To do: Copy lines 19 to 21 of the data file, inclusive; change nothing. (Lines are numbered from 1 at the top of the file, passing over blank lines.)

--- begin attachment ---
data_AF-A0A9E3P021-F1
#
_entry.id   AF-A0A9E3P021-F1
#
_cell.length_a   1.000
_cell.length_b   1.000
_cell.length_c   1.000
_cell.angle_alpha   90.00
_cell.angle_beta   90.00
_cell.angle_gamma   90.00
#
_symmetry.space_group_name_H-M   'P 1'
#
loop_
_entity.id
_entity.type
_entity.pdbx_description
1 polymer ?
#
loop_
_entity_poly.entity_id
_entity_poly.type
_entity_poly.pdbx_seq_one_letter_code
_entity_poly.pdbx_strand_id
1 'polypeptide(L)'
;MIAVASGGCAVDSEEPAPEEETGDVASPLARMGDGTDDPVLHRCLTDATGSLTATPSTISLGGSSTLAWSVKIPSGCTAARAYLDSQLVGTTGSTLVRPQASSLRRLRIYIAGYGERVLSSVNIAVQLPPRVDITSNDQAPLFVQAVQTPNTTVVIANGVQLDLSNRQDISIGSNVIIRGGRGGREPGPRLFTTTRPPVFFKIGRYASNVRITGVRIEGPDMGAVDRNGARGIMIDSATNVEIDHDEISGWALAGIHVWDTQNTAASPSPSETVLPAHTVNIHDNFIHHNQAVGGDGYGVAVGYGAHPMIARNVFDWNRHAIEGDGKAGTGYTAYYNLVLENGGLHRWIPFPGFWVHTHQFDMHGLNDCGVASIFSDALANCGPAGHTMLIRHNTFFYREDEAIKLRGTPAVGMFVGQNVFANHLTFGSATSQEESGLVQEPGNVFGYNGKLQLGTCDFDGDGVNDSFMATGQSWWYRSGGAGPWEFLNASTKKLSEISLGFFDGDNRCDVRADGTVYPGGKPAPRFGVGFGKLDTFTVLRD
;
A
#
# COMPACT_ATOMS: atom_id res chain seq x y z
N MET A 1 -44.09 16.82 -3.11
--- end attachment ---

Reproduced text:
#
loop_
_entity_poly.entity_id